AP photo by Todd Van Emst|
Auburn players say true freshman quarterback Kodi Burns is seeing more action in practice this week.
as running QB
Auburn looking for offensive
punch after lackluster start
By Ross Dellenger
firstname.lastname@example.org · 340-2462
AUBURN — Two days after suffering a stunning home loss to South Florida, Auburn's offensive game plan became more interesting Tuesday.
According to receiver Robert Dunn, true freshman quarterback Kodi Burns has been practicing with the team this week in a role similar to how Florida used quarterback Tim Tebow last season.
"They are kind of giving him the same treatment that Florida gave Tebow last year," Dunn said, "kind of putting him in and letting him run a couple of draws."
Auburn's practices have been closed since Aug. 16, and reporters were told Tuesday that Burns had a morning class. He never showed in the interview room.
Burns said in early August: "I feel like I could do what Tebow did — come in the game and give the defense a different look every now and then."
Tebow, now a starter for the Gators, came off the bench in 2006, sporadically replacing starter Chris Leak. The thick-framed freshman was utilized as a running back more than a quarterback, rushing for 469 yards on 89 carries and scoring eight touchdowns.
"If the coaches feel like he's ready, I don't see what's wrong with giving him an opportunity," Dunn said.
Even before preseason practice kicked off, Auburn coach Tommy Tuberville alluded to Burns in a scrambling type of role, saying "we'll run a little bit different offense at times if we were to use Kodi."
It looked for a while like Auburn would use Burns, especially after an impressive scrimmage Aug. 11, but that idea has diminished.
Tuberville said Sunday "a couple more games go by, Kodi will be looking at redshirting for sure."
But given players' dubious comments Tuesday, Burns seems to be back in the mix, at least in practice.
When asked if Burns will play Saturday, defensive end Quentin Groves said, "That's confidential."
And backup quarterback Blake Field, who won the No. 2 job over Burns, refused to divulge any information when asked about the distribution of snaps in practice.
"I'm not at liberty to say right now," he said.
"Brandon's still our starter right now. That's all I am going to say. I am still working to be his backup if something happens."
Asked why he is hushed on the issue, Field said, "We're just trying to keep everything within the football team."
About two hours after player interviews, Tuberville had his regular news conference. He didn't mention Burns at all, but he adamantly defended his starting quarterback in his opening address.
"I know Brandon Cox has taken a lot of heat," Tuberville said. "Brandon Cox is our quarterback. He will be our quarterback. He is our starting quarterback."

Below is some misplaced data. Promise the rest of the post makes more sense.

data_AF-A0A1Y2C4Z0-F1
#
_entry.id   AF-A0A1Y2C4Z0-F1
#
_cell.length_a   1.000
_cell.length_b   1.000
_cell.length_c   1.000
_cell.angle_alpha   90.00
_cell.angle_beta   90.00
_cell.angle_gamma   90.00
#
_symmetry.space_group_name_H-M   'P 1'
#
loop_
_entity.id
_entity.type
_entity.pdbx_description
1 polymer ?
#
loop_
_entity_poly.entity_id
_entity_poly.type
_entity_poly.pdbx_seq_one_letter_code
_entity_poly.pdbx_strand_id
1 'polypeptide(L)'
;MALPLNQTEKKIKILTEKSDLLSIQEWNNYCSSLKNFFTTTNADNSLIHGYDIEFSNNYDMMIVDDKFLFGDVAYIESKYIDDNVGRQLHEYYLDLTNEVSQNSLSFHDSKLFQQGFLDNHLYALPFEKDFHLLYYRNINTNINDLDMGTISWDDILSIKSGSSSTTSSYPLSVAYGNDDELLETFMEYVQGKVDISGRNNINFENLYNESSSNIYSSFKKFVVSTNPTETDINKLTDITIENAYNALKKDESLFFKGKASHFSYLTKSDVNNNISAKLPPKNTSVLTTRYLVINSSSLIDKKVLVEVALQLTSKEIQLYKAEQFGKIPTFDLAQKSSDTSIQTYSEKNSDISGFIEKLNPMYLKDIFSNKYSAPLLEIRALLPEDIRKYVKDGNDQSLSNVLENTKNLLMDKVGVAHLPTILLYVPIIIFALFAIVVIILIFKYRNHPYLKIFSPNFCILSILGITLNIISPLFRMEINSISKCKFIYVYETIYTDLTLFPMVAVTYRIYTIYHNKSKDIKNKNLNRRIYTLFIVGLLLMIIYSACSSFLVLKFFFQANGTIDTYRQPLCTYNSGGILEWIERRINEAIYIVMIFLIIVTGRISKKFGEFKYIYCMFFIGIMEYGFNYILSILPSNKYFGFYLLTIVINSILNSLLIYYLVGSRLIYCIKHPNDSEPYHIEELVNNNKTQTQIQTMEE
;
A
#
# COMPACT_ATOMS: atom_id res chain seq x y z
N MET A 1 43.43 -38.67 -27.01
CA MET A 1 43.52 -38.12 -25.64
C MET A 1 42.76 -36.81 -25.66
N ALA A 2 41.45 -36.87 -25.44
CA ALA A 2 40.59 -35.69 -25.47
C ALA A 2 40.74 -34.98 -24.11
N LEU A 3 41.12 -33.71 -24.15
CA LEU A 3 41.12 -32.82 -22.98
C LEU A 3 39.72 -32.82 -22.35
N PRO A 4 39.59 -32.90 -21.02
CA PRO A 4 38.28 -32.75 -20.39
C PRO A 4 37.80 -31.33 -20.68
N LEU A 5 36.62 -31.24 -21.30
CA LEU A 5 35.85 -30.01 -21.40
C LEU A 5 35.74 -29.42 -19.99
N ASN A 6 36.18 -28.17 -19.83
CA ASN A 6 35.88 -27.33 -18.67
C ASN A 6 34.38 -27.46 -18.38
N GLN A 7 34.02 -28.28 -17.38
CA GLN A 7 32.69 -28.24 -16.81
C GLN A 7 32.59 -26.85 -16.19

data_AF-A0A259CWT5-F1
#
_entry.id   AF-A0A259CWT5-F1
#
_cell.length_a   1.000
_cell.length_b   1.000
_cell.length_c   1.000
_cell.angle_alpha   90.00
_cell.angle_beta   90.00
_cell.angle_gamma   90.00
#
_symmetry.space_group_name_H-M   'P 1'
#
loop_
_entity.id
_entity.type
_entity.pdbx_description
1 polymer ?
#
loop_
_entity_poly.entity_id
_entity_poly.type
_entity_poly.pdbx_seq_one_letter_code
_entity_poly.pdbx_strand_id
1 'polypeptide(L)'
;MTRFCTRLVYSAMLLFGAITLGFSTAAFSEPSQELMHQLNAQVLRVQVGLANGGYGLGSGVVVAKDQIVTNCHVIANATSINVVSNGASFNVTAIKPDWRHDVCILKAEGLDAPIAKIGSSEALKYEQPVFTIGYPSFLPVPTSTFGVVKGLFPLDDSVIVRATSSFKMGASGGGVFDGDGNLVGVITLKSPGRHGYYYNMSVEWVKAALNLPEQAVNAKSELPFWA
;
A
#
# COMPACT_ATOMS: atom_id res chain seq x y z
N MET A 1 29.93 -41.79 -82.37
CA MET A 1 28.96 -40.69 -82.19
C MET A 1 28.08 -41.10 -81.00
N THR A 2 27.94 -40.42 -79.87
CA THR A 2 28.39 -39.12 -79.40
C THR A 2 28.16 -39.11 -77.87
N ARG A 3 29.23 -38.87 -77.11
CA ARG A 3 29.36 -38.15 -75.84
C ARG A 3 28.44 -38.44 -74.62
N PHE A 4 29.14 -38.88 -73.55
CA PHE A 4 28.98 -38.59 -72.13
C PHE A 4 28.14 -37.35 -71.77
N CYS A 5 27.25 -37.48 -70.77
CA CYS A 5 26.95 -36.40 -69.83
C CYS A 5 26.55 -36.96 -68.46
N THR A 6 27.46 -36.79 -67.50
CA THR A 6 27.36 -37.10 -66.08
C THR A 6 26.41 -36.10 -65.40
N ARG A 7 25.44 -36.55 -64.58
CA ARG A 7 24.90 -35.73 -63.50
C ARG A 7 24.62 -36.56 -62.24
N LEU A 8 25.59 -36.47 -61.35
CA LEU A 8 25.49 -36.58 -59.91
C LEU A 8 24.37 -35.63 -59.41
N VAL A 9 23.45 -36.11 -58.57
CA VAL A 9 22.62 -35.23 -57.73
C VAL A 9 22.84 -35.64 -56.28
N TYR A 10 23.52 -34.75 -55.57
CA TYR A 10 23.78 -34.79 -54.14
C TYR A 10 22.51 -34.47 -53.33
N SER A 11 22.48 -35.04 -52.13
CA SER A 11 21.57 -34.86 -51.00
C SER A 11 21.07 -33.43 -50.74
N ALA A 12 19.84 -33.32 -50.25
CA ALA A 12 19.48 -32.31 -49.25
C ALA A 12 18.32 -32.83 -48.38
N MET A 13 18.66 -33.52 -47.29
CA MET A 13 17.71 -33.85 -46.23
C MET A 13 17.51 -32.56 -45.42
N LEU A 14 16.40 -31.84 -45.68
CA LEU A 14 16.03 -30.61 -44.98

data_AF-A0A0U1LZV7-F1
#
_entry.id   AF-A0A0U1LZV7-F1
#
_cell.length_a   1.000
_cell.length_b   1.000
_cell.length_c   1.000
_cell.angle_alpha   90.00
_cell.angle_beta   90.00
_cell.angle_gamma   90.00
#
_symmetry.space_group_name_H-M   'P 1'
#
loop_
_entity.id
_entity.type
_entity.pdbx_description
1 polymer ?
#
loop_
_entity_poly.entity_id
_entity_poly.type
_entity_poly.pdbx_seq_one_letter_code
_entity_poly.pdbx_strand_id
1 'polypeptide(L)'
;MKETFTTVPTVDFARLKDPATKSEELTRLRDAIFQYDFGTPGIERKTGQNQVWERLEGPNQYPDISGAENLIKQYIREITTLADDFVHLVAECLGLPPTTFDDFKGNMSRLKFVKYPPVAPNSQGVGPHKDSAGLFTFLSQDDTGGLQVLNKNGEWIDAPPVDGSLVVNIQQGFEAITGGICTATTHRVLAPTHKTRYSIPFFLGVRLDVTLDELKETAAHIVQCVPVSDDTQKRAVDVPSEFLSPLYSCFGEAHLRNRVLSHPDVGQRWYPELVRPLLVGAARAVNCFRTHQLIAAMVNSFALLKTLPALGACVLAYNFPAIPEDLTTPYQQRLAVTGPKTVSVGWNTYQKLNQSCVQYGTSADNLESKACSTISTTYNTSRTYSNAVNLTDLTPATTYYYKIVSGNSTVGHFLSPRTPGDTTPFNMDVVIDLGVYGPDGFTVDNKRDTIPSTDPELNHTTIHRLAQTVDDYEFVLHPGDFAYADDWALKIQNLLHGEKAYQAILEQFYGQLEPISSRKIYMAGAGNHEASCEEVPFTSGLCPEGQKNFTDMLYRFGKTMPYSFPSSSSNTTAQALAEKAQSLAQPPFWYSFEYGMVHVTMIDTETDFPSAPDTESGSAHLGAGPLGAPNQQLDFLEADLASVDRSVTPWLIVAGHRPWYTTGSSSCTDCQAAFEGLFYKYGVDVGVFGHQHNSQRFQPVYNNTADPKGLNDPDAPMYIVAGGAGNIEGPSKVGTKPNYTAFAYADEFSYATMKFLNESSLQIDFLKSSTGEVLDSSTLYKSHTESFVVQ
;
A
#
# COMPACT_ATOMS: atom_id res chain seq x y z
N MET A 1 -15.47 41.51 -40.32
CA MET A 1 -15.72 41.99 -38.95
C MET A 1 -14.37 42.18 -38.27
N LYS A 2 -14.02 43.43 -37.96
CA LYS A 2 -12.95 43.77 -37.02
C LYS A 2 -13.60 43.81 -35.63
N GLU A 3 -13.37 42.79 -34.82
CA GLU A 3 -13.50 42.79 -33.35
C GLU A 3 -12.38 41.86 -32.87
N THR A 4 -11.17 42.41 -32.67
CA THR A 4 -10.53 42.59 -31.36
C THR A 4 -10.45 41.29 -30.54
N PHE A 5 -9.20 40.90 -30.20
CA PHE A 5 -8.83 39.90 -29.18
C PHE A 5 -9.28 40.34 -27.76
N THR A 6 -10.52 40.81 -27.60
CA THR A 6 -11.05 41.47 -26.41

Cox took the podium to answer questions shortly after Tuberville stepped down. His message was authoritative.
"I am the starter," he said. "Nothing's been said about it, so I am just approaching it that way."
The peak of Burns' 6-week-long Auburn career came during that first preseason scrimmage, when he awed players and coaches with his 40-yard dash speed of 4.5 seconds, scrambling from the pocket for several long runs.
But Groves said Burns also displayed a strong arm.
"Everybody knows he has a cannon," Groves said Tuesday. "(In the scrimmage) when he stopped and threw an 80-yard bomb, that's kind of hard to do if you don't have arm strength."
Groves got just a glimpse of Burns during Tuesday's practice, saying, "He looked pretty good."
He said he thinks Burns could alleviate the pressure on the more static Cox, who coaches say has been forcing passes. But still, Groves stands behind Cox.
"You got to realize, Kodi's a true freshman. You can't take a fifth-year senior and replace him with a true freshman," Groves said. "It's just not going to work. You can't make up for experience with athletic ability."
Despite his comments about Burns, Dunn also stood behind the embattled Cox, who has thrown four interceptions during the first two games.
"He's the quarterback. He's the man here," Dunn said. "I feel like he's the leader of the offense."
The 6-foot-1, 199-pound Burns threw for 1,903 yards and 23 touchdowns, while running for 835 yards and scoring 13 touchdowns as a senior last year at Northside High School in Fort Smith, Ark. He was ranked the No. 8 dual-threat quarterback in the nation by Rivals.com.
"I feel like everybody deserves a fair opportunity to get their share of playing time," Dunn said. "If he's ready, if he can get in and keep things rolling, then I say: 'Why not?' "
Mississippi State at Auburn
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